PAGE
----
Quad Bayer Reconstruction. Reconstructing RGB images from a Quad Bayer CFA is considerably challenging. In [18] has addressed this challenging task by proposing a duplex pyramid network. It worth noting, none of the existing methods (including [18]) specialized for our target applications. However, their respective domains’ success inspired this work to develop an image processing pipeline for a pixel-bin image sensor, which can perform JDD and go beyond.

3 Method

This section details the network design, a multi-term objective function, and implementation strategies.

Figure 3: Overview of the proposed method, including network architecture and submodules.

3.1 Network design

Fig. 3 depicts the proposed method’s overview, including the novel PIPNet architecture. Here, the proposed network exploits feature correlation, also known as attention mechanism [14, 40, 8], through the novel components in U-Net [33] like architecture to mitigate visual artefacts. Overall, the method aims to map a mosaic input () as . Where the mapping function () learns to reconstruct an RGB image () as . and represent the height and width of the input and output images.

Group depth attention bottleneck block. The novel group depth attention bottleneck (GDAB) block allowed the proposed network to go deeper by leveraging depth attention [14]. The GDAB block comprises of

number of depth attention bottleneck (DAB) blocks. Where the DABs are stacked consecutively and connected with short distance residual connection; thus, the network can converge with informative features

[8]. For any -th member of a GDAB block can be represented as:


Here, , , and represent the corresponding weight matrics, input, and output features. denotes the function of group members (i.e., DAB).

Depth attention bottleneck block. The proposed DAB incorporates a depth attention block along with a bottleneck block. For a given input , the -th DAB block aims to output the feature map as:


In Eq. 2, presents the bottleneck block function, which has been inspired by the well-known MobileNetV2 [34]. The main motive of utilizing the bottleneck block is to control the trainable parameters with satisfactory performance. Typically, pixel-bin image sensors are exclusively designed for mobile devices. Therefore, we stress to reduce the trainable parameters as much as possible. Apart from the bottleneck block, DAB also incorporates a depth attention block, which has denoted as in Eq. 2. It is worth noting, this study proposes to adding the feature map of the depth attention block along with the bottleneck block to leverage the long-distance depth-wise attention [14, 8]. Here, depth-wise squeezed descriptor has been obtained by shrinking as follows:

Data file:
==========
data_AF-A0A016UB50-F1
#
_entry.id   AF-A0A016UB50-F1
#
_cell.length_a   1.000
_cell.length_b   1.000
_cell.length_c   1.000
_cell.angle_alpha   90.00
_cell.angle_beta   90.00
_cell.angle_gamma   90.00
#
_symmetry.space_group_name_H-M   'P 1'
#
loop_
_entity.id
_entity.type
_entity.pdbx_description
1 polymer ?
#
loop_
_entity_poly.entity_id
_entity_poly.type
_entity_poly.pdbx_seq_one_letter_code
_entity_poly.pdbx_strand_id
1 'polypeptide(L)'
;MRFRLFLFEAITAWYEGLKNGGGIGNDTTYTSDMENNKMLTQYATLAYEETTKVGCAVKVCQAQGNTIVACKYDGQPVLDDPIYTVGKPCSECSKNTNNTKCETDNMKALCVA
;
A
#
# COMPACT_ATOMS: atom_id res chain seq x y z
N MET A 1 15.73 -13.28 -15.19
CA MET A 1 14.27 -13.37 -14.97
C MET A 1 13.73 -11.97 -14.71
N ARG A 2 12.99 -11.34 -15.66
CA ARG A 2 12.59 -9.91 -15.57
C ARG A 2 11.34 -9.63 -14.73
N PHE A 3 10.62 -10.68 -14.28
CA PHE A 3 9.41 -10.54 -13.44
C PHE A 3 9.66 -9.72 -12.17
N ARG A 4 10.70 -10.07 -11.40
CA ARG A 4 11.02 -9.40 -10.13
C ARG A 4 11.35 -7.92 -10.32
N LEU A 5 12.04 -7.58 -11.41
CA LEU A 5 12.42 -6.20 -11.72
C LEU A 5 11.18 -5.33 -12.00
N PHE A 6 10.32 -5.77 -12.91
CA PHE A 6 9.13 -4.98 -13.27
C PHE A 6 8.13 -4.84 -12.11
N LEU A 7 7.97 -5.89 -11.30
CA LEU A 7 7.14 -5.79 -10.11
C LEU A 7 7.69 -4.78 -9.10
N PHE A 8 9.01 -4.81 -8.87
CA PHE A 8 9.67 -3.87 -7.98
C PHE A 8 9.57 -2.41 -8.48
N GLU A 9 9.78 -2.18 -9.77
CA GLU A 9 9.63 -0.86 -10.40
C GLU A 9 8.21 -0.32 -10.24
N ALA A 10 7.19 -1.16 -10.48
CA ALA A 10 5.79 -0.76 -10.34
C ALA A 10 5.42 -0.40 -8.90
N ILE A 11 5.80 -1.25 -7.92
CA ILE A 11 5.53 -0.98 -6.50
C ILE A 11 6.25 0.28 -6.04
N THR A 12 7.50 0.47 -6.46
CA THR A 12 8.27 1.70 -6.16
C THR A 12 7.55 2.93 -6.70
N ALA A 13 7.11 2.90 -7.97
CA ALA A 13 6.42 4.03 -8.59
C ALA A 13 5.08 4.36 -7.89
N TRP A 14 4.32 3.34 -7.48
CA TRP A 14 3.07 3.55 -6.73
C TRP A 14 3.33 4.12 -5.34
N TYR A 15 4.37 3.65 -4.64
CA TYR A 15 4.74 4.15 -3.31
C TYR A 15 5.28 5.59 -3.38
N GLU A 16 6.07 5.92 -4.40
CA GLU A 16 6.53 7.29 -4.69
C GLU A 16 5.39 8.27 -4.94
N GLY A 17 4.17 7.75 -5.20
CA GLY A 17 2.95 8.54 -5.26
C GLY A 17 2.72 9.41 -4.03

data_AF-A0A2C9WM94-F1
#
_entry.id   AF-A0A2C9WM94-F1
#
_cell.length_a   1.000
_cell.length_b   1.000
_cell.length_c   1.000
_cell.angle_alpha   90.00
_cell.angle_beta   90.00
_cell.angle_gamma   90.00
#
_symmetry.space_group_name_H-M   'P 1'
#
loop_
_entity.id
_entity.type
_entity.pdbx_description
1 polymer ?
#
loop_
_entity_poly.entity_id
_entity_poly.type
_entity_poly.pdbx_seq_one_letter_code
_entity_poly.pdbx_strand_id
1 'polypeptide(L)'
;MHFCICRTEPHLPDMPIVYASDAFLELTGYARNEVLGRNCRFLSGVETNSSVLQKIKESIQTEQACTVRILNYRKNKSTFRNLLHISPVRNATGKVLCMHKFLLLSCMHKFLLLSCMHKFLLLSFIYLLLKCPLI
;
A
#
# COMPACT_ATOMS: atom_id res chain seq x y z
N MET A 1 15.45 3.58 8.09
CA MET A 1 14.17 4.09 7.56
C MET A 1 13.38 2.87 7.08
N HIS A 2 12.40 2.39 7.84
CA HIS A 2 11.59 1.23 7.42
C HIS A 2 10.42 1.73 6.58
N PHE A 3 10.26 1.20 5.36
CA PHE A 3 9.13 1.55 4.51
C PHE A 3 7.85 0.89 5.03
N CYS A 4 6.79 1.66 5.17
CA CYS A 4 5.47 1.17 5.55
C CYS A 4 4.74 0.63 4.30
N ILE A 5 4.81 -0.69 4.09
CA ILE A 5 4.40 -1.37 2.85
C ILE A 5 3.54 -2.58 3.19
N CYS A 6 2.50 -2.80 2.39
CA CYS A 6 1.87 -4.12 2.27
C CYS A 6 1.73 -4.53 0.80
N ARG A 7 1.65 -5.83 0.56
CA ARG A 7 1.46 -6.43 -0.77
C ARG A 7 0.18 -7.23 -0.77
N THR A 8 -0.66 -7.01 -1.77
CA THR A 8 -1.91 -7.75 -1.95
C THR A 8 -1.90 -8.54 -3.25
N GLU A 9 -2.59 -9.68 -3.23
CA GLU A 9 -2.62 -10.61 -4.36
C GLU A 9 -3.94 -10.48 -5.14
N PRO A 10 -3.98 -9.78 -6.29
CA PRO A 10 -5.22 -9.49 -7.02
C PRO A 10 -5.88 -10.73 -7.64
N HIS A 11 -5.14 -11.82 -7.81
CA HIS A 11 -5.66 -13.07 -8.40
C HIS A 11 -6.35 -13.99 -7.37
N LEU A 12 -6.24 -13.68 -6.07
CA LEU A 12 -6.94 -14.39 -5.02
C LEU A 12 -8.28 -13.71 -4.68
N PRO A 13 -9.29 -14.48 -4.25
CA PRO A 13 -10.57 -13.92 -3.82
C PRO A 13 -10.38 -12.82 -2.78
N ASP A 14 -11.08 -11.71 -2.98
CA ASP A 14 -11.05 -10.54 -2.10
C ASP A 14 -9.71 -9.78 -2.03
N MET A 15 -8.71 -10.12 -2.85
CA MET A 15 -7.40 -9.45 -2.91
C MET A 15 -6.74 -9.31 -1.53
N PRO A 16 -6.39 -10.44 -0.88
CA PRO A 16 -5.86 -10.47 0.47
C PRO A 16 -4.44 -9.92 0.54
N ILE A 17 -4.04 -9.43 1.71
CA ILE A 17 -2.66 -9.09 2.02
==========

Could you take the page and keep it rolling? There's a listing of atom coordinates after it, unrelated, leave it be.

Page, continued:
Here, presents the global average pooling, spatial dimension, and feature map.

Additionally, an aggregated global dependencies have pursued by applying a gating mechanism as follows:


Here, and

represent the sigmoid and ReLU activation functions, which have applied after

and convolutional operations, which intended to set depth dimension of features to and .

The final output of the depth attention block has obtained by applying a depth-wise attention map with a rescaling factor [8] described as follows:


Here, and represent the feature map and scaling factor.

Spatial attention block. The spatial attention block of the proposed method has been inspired by recent convolutional spatial modules [40, 6]. It aims to realize the spatial feature correlation from a given feature map as follows:


Here, and represent the convolution operation and sigmoid activation. Additionally, and

present the average pooling and max pooling, which generates two 2D feature map as

and .

Transition Layer. The proposed network traverses different features depth to exploit the UNet like structure using upscaling or downscaling operations. The downsampling operation has obtained on an input feature map as follows:



represents a stride convolutional operation.

Inversely, the upscaling on an input feature map has achieved as:


Here, represents the pixel shuffle convolution operation followed by the PReLU function, which intends to avoid checkerboard artefacts [3].

Conditional Discriminator. The proposed PIPNet has appropriated the concept of adversarial guidance and adopted a well-established conditional Generative Adversarial Network (cGAN) [31]. The objective of the cGAN discriminator consists of stacked convolutional operations and set to maximize as: .